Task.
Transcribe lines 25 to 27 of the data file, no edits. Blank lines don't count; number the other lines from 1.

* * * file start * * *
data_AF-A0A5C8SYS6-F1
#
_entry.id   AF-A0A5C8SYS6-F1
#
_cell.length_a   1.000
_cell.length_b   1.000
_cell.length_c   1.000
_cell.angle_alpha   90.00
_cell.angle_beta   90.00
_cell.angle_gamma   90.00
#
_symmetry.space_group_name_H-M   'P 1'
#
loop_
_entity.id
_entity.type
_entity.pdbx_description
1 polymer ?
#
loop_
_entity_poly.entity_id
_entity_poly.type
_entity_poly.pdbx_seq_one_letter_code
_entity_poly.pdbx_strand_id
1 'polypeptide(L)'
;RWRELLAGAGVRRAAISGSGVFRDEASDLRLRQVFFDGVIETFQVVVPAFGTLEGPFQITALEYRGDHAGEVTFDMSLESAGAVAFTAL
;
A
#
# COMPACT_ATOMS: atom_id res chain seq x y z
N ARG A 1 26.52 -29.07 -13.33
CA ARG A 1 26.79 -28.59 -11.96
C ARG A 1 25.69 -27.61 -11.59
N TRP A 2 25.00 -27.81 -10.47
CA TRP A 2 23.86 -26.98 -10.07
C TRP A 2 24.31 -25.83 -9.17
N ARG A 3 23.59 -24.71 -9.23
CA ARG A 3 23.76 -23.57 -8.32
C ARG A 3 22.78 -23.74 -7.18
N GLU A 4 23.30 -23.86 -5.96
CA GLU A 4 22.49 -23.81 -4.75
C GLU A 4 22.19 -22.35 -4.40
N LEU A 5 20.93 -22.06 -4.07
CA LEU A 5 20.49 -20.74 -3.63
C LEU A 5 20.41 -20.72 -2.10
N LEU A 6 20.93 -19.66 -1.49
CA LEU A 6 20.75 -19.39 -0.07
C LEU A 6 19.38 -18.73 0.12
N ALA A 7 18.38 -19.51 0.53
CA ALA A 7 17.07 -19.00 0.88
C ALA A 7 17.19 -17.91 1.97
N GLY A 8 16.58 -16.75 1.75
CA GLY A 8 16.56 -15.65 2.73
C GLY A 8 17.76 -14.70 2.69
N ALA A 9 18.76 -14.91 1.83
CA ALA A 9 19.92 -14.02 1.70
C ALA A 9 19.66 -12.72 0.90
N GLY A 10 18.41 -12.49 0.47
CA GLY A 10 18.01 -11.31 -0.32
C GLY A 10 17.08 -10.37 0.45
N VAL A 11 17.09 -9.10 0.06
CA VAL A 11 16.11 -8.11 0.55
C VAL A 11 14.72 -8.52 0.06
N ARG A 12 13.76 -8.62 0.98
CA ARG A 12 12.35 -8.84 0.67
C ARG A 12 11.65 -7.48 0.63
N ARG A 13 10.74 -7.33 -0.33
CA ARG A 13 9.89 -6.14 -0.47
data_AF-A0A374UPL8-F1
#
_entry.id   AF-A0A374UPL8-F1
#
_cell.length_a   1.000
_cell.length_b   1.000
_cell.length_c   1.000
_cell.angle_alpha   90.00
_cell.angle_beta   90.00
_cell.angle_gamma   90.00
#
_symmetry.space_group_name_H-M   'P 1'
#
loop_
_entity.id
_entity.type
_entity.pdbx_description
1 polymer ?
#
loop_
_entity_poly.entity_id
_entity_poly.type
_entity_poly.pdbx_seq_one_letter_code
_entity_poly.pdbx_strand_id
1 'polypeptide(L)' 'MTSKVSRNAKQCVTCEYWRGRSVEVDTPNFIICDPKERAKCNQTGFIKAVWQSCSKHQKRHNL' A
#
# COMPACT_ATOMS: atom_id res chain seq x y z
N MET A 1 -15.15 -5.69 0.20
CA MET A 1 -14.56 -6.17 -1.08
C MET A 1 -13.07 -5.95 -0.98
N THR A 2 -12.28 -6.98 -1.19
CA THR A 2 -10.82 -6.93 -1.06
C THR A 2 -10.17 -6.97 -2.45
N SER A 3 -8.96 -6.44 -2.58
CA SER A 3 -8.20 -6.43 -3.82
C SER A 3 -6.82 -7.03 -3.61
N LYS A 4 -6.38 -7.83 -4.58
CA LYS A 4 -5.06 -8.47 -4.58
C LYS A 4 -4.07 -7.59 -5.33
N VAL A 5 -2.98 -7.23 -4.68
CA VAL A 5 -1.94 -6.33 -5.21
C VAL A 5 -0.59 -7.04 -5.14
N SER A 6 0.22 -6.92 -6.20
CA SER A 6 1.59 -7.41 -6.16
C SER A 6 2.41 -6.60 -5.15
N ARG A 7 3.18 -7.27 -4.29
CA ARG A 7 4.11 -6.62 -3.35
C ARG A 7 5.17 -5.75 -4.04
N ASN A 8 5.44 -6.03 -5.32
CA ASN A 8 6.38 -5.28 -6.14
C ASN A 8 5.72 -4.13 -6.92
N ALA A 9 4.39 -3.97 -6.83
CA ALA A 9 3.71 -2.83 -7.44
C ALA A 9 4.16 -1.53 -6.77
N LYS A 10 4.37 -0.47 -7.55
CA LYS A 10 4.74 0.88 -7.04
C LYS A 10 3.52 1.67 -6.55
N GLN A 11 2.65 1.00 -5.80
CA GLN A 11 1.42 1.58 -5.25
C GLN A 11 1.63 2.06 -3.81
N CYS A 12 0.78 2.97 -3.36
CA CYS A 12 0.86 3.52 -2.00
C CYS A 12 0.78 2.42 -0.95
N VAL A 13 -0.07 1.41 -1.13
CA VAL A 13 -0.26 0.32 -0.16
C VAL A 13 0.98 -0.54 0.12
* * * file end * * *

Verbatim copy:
1 'polypeptide(L)'
;RWRELLAGAGVRRAAISGSGVFRDEASDLRLRQVFFDGVIETFQVVVPAFGTLEGPFQITALEYRGDHAGEVTFDMSLESAGAVAFTAL
;